|The young green fruits of Citrus X aurantium|
January and early February are the traditional marmalade-making months in Britain. This is because Seville oranges are available in the shops during this very brief period. The Seville, or the bitter orange (Citrus x aurantium) appears to be a hybrid between the pomelo (Citrus maxima (Burm.) Merr.) and the wild mandarin (Citrus reticulata Blanco). Although it is known in England as the Seville orange, the bitter orange is grown all over the Mediterranean and throughout Asia. In the medieval and early modern period, this bitter fruit was probably the first orange to be known in the West. It was introduced from Asia into Southern Spain and the wider Mediterranean by the Arabs. In England it is now chiefly used to make marmalade, but the juice and rind were once formerly used much more extensively in English cookery. The sweet orange did not appear in Europe until the early seventeenth century when it was brought to Lisbon from China by Portuguese plant collectors. In seventeenth century English cookery books these new sweet fleshed oranges were therefore known as either 'Portugals' or China oranges. In Greece, the name 'Portugals' - πορτοκαλία - is still used.
|The bitter orange - from John Parkinson,In Sole Paradisus Terrestris (London: 1629)|
Now, what interests me is this. I have said that the Seville orange season nowadays occupies a brief window in January and February. So how can the eighteenth century invoiced receipt below, which I came across in the archives of Arley Hall in Cheshire, be explained? It is a receipt for the sale of lemons, Cheanay oranges (sic), Sivill oranges (sic) and isinglass to Sir Peter Warburton, the owner of Arley Hall, by the Manchester grocer Mrs Elizabeth Raffald. The receipt is dated 29th May 1771. This would indicate that Seville oranges had a longer season back in the eighteenth century than they apparently do now. 29th May is well on from January and February. It could be that Mrs Raffald had the skill to keep her stock fresh for over three months, or Seville oranges were still being imported from Spain to Manchester in early summer, probably via Liverpool.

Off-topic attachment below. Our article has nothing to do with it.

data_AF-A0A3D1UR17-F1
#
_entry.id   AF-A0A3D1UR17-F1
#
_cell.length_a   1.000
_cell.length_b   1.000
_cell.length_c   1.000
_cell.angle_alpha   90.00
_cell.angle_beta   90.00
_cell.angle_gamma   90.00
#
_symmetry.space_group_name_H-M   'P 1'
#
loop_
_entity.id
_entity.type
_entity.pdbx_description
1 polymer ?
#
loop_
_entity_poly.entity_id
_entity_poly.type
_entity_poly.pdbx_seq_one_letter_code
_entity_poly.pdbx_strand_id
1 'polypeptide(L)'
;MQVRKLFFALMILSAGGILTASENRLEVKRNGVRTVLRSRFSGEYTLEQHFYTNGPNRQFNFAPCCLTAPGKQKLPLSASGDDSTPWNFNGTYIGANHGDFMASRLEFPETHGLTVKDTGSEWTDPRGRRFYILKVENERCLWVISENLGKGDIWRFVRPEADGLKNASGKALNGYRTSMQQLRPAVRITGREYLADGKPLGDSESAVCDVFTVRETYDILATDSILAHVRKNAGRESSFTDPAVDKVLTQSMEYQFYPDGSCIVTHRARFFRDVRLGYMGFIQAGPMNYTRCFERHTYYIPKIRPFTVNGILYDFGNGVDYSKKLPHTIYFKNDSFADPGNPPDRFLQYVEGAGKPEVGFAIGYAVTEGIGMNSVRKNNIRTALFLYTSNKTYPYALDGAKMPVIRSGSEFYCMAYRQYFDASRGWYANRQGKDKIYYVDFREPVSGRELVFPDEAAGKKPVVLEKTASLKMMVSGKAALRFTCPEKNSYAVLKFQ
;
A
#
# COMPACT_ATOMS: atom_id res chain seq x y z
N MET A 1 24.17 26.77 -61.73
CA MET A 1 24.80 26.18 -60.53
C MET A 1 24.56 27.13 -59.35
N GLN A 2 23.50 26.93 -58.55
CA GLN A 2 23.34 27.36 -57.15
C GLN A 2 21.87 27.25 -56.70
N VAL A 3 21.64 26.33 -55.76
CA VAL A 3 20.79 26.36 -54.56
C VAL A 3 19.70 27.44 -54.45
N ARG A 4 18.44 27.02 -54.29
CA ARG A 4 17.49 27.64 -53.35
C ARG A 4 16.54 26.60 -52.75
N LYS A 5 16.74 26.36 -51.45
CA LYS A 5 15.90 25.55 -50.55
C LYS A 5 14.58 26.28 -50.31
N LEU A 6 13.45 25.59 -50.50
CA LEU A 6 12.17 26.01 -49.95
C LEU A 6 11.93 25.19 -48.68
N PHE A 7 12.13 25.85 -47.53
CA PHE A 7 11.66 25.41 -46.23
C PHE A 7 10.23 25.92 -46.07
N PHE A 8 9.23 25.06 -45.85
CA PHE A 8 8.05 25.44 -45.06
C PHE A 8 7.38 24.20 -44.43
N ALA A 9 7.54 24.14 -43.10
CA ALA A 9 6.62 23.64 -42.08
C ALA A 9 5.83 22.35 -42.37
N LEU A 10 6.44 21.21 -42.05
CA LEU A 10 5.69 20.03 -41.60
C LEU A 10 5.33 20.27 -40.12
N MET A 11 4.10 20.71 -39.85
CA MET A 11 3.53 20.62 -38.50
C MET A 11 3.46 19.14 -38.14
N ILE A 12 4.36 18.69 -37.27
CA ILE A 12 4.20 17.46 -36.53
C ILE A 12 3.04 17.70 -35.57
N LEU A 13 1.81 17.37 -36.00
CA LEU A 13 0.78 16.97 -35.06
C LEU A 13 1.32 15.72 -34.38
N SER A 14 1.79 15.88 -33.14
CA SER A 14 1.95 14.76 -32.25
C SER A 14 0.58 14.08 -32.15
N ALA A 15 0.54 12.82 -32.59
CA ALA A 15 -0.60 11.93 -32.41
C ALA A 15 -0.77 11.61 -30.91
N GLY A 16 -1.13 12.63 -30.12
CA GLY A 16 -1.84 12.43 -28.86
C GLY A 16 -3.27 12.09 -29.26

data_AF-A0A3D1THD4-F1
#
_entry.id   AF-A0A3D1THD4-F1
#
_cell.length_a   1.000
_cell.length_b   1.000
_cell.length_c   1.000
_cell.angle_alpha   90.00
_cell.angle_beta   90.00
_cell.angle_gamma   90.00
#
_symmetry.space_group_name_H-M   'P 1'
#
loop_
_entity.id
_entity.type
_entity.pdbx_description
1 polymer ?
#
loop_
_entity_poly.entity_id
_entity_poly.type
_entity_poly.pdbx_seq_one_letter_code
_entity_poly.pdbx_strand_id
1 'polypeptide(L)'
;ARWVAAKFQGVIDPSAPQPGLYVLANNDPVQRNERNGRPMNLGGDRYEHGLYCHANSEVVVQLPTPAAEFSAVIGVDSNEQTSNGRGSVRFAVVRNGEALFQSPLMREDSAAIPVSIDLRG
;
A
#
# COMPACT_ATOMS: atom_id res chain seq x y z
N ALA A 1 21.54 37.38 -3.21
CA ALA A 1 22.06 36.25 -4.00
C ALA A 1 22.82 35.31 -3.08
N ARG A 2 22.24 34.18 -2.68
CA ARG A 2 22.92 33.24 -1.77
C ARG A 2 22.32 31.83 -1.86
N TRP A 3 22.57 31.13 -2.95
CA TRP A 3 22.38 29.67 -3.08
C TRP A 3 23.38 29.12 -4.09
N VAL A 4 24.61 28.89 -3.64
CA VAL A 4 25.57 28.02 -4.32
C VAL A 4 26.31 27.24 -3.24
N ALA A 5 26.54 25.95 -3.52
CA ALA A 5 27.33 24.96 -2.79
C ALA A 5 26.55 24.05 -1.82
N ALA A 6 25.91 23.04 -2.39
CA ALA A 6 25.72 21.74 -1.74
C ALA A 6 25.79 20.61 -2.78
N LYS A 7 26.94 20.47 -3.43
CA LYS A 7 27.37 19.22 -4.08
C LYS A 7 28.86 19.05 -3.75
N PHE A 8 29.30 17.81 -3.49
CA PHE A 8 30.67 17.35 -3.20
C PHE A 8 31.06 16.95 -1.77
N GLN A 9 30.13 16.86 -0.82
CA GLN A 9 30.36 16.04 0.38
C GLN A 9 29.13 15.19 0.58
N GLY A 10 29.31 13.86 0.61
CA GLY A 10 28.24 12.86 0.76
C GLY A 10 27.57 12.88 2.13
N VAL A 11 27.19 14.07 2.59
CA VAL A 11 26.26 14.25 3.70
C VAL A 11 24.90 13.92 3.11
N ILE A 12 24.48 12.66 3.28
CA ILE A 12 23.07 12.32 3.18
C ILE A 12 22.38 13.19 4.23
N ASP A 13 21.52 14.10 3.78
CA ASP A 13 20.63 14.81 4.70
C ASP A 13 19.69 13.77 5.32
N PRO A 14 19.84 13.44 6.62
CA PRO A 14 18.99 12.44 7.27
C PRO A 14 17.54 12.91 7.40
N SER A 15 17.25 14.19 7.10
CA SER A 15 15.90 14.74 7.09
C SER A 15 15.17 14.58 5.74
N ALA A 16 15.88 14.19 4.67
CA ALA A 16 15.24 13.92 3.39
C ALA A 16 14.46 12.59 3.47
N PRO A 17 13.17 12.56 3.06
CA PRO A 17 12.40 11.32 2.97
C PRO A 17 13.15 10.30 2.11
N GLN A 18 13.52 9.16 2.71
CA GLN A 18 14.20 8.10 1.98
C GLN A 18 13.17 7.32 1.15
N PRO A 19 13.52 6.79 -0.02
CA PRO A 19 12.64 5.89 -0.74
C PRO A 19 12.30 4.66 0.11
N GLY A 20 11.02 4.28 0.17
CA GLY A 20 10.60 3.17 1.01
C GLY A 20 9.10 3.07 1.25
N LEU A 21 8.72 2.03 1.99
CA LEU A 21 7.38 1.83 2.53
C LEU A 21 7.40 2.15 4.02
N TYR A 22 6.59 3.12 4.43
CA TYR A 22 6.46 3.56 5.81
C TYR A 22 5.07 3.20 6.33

I was in Southern Spain recently in early June and noted that there were a few trees in the Seville area that were still bearing small numbers of bitter oranges. In some upland towns like Ronda, where the season is somewhat later, there were trees which were still heavily laden. So it is therefore highly possible that Seville oranges were being imported into England in the eighteenth century very late in the season, as Mrs Raffald's receipt suggests.
|Seville oranges in Ronda on 6th June 2013|
As well as the mature oranges, the trees I examined also bore small young green embryonic fruit. In Asia, mature bitter oranges (such as Japanese dai dai) stay on the tree for up to four years and actually go green again in the hot weather. While I was in Andalusia I collected a lot of small green baby Seville oranges and lemons on a friend's farm as I wanted to try out the recipe below for a sweetmeat from The Lady's Companion (London: 1751). I first came across the practice of preserving immature green bitter oranges in the 1970s when I lived on Crete. A friend of mine in Athens sends me some of her own homemade ones every year. They are superb. However the recipe below is English. In eighteenth century England, many wealthy estates had orangeries and it is likely that in poor years they had a large number of immature fruit to deal with. I suspect that this was the Georgian equivalent of that common modern recipe for making use of green tomatoes at the end of a cold, sunless English summer - the ubiquitous green tomato chutney. However baby green oranges and immature lemons preserved in syrup are much more interesting. Other immature green fruits such as hard unripe apricots, almonds and walnuts were also once preserved in this way. The nuts were collected before the hard shell formed and were processed in a similar way to the green oranges.
|Small, fragrant baby lemons.|
|Small highly fragrant, but intensely bitter baby Seville oranges|
|The baby oranges and lemons are soaked in a strong brine for fifteen days to remove the bitterness. They are then washed in fresh water every day for five days to get rid of the salt. They are then preserved in sugar syrup.|